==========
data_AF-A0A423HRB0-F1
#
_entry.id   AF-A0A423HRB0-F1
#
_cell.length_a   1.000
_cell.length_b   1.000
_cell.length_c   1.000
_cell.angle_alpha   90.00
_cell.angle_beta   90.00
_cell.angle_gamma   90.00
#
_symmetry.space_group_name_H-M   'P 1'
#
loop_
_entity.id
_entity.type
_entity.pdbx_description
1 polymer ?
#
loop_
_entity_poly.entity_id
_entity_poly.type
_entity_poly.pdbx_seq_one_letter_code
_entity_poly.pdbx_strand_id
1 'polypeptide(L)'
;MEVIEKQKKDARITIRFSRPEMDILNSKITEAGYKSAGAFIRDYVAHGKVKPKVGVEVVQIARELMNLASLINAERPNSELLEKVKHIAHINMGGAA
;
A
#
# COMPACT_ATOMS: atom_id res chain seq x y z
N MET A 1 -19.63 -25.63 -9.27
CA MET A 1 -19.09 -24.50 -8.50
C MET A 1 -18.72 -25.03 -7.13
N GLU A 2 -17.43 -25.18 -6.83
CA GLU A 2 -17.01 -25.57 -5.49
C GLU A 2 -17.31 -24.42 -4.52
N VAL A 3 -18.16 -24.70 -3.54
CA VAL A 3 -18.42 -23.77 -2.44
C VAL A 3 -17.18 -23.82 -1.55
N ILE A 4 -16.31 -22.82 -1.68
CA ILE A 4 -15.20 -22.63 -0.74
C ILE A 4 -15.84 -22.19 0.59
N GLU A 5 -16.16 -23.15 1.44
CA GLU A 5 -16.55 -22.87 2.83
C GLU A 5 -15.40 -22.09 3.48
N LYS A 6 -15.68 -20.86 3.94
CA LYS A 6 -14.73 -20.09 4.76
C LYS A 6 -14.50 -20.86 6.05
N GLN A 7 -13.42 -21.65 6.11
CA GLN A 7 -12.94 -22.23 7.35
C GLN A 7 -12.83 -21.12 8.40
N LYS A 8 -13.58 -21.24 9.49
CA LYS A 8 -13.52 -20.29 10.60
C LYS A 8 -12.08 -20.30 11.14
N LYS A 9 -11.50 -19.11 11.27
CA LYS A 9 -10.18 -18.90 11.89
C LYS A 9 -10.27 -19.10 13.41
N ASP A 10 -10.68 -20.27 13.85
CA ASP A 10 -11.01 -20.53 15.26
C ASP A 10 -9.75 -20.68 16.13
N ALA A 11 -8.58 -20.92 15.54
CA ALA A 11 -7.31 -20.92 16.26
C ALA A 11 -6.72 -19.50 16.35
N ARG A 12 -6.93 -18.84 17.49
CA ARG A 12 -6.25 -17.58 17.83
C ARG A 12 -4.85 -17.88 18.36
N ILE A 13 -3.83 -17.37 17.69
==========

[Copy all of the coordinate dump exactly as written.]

data_AF-A0A423HRB0-F1
#
_entry.id   AF-A0A423HRB0-F1
#
_cell.length_a   1.000
_cell.length_b   1.000
_cell.length_c   1.000
_cell.angle_alpha   90.00
_cell.angle_beta   90.00
_cell.angle_gamma   90.00
#
_symmetry.space_group_name_H-M   'P 1'
#
loop_
_entity.id
_entity.type
_entity.pdbx_description
1 polymer ?
#
loop_
_entity_poly.entity_id
_entity_poly.type
_entity_poly.pdbx_seq_one_letter_code
_entity_poly.pdbx_strand_id
1 'polypeptide(L)'
;MEVIEKQKKDARITIRFSRPEMDILNSKITEAGYKSAGAFIRDYVAHGKVKPKVGVEVVQIARELMNLASLINAERPNSELLEKVKHIAHINMGGAA
;
A
#
# COMPACT_ATOMS: atom_id res chain seq x y z
N MET A 1 -19.63 -25.63 -9.27
CA MET A 1 -19.09 -24.50 -8.50
C MET A 1 -18.72 -25.03 -7.13
N GLU A 2 -17.43 -25.18 -6.83
CA GLU A 2 -17.01 -25.57 -5.49
C GLU A 2 -17.31 -24.42 -4.52
N VAL A 3 -18.16 -24.70 -3.54
CA VAL A 3 -18.42 -23.77 -2.44
C VAL A 3 -17.18 -23.82 -1.55
N ILE A 4 -16.31 -22.82 -1.68
CA ILE A 4 -15.20 -22.63 -0.74
C ILE A 4 -15.84 -22.19 0.59
N GLU A 5 -16.16 -23.15 1.44
CA GLU A 5 -16.55 -22.87 2.83
C GLU A 5 -15.40 -22.09 3.48
N LYS A 6 -15.68 -20.86 3.94
CA LYS A 6 -14.73 -20.09 4.76
C LYS A 6 -14.50 -20.86 6.05
N GLN A 7 -13.42 -21.65 6.11
CA GLN A 7 -12.94 -22.23 7.35
C GLN A 7 -12.83 -21.12 8.40
N LYS A 8 -13.58 -21.24 9.49
CA LYS A 8 -13.52 -20.29 10.60
C LYS A 8 -12.08 -20.30 11.14
N LYS A 9 -11.50 -19.11 11.27
CA LYS A 9 -10.18 -18.90 11.89
C LYS A 9 -10.27 -19.10 13.41
N ASP A 10 -10.68 -20.27 13.85
CA ASP A 10 -11.01 -20.53 15.26
C ASP A 10 -9.75 -20.68 16.13
N ALA A 11 -8.58 -20.92 15.54
CA ALA A 11 -7.31 -20.92 16.26
C ALA A 11 -6.72 -19.50 16.35
N ARG A 12 -6.93 -18.84 17.49
CA ARG A 12 -6.25 -17.58 17.83
C ARG A 12 -4.85 -17.88 18.36
N ILE A 13 -3.83 -17.37 17.69